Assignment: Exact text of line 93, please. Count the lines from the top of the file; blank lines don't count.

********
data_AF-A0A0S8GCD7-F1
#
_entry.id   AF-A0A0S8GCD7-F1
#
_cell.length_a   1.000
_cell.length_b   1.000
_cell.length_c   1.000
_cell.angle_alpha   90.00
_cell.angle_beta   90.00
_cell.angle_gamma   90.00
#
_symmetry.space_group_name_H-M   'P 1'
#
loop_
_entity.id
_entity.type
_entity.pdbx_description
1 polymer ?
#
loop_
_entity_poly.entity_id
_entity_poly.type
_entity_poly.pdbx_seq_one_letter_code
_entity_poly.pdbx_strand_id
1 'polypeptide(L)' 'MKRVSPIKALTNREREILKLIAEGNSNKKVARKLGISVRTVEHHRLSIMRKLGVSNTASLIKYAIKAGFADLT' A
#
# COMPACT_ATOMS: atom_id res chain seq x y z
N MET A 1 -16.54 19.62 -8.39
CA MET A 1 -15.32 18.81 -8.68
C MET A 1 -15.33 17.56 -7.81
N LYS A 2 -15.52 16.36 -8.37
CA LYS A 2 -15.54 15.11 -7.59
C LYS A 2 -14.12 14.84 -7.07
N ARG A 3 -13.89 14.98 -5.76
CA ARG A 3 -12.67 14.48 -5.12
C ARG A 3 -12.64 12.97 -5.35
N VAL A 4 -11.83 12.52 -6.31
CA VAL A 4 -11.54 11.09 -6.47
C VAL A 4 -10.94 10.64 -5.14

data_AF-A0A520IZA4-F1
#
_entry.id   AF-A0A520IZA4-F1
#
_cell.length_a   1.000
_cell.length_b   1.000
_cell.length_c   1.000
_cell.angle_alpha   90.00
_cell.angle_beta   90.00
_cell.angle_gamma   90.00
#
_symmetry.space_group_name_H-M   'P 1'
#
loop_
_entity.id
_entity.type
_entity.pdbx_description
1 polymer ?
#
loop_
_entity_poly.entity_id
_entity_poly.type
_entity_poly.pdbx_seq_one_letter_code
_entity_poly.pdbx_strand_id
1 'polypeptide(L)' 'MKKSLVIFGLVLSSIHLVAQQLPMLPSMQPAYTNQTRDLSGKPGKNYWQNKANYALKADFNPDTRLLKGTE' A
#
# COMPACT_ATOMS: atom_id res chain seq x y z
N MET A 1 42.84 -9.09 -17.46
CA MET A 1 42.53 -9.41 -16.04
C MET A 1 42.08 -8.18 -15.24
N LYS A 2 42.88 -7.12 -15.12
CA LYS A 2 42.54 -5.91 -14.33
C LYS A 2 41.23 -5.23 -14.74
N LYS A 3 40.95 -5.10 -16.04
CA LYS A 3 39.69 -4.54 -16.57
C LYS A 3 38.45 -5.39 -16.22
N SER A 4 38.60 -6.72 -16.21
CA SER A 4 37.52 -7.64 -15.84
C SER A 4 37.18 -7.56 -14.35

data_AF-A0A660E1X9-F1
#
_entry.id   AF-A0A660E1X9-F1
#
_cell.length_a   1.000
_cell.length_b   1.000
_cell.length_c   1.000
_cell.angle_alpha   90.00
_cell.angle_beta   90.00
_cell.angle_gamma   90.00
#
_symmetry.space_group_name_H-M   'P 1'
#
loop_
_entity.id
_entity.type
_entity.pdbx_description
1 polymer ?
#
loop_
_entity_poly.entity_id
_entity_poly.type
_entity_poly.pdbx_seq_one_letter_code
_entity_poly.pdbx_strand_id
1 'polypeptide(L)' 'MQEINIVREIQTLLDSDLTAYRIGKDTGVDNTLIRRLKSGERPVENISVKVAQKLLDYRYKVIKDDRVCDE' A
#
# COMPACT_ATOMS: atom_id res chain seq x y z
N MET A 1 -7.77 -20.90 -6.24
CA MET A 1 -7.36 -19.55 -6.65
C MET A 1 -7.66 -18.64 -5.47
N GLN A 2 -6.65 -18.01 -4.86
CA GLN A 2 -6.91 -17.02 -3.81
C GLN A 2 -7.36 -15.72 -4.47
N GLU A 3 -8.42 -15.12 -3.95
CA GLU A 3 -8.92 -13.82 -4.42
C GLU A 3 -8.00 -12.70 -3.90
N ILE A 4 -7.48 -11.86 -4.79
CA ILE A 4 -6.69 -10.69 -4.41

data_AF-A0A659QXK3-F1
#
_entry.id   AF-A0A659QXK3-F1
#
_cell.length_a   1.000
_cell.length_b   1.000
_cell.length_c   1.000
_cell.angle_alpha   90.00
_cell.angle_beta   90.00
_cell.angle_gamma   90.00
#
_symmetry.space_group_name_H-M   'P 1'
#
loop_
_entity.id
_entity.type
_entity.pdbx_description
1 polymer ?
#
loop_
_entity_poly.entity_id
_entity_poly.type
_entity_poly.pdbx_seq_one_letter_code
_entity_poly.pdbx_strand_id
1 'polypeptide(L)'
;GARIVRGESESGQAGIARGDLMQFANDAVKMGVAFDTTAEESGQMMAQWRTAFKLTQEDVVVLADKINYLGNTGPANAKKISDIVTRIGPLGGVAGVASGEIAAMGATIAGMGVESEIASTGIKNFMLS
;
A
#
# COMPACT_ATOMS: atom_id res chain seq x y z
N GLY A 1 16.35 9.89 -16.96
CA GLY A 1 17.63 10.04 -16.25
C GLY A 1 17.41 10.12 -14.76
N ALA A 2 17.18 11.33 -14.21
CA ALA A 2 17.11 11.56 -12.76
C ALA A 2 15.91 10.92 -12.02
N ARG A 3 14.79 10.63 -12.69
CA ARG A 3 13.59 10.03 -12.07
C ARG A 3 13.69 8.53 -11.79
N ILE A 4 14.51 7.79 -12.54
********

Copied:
_entity.id